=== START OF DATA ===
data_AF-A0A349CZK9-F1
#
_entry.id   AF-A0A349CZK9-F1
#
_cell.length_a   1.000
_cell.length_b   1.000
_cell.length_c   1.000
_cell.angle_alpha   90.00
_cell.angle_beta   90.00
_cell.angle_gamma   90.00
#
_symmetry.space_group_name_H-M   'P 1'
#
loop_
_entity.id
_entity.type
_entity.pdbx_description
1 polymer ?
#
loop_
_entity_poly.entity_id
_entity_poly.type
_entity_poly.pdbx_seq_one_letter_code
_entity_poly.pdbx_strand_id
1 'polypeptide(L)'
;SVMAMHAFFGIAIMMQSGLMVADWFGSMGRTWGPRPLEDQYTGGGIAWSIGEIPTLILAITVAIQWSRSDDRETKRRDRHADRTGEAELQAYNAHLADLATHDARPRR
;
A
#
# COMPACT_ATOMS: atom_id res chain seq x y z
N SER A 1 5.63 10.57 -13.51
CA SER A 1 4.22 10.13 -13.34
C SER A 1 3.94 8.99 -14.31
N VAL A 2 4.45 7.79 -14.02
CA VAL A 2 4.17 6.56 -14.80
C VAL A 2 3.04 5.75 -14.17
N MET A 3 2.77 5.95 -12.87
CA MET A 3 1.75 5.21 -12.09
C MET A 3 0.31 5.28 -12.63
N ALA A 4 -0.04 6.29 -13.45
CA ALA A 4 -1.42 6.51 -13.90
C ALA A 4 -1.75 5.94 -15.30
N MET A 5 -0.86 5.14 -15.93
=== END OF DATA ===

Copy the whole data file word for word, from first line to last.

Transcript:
data_AF-A0A349CZK9-F1
#
_entry.id   AF-A0A349CZK9-F1
#
_cell.length_a   1.000
_cell.length_b   1.000
_cell.length_c   1.000
_cell.angle_alpha   90.00
_cell.angle_beta   90.00
_cell.angle_gamma   90.00
#
_symmetry.space_group_name_H-M   'P 1'
#
loop_
_entity.id
_entity.type
_entity.pdbx_description
1 polymer ?
#
loop_
_entity_poly.entity_id
_entity_poly.type
_entity_poly.pdbx_seq_one_letter_code
_entity_poly.pdbx_strand_id
1 'polypeptide(L)'
;SVMAMHAFFGIAIMMQSGLMVADWFGSMGRTWGPRPLEDQYTGGGIAWSIGEIPTLILAITVAIQWSRSDDRETKRRDRHADRTGEAELQAYNAHLADLATHDARPRR
;
A
#
# COMPACT_ATOMS: atom_id res chain seq x y z
N SER A 1 5.63 10.57 -13.51
CA SER A 1 4.22 10.13 -13.34
C SER A 1 3.94 8.99 -14.31
N VAL A 2 4.45 7.79 -14.02
CA VAL A 2 4.17 6.56 -14.80
C VAL A 2 3.04 5.75 -14.17
N MET A 3 2.77 5.95 -12.87
CA MET A 3 1.75 5.21 -12.09
C MET A 3 0.31 5.28 -12.63
N ALA A 4 -0.04 6.29 -13.45
CA ALA A 4 -1.42 6.51 -13.90
C ALA A 4 -1.75 5.94 -15.30
N MET A 5 -0.86 5.14 -15.93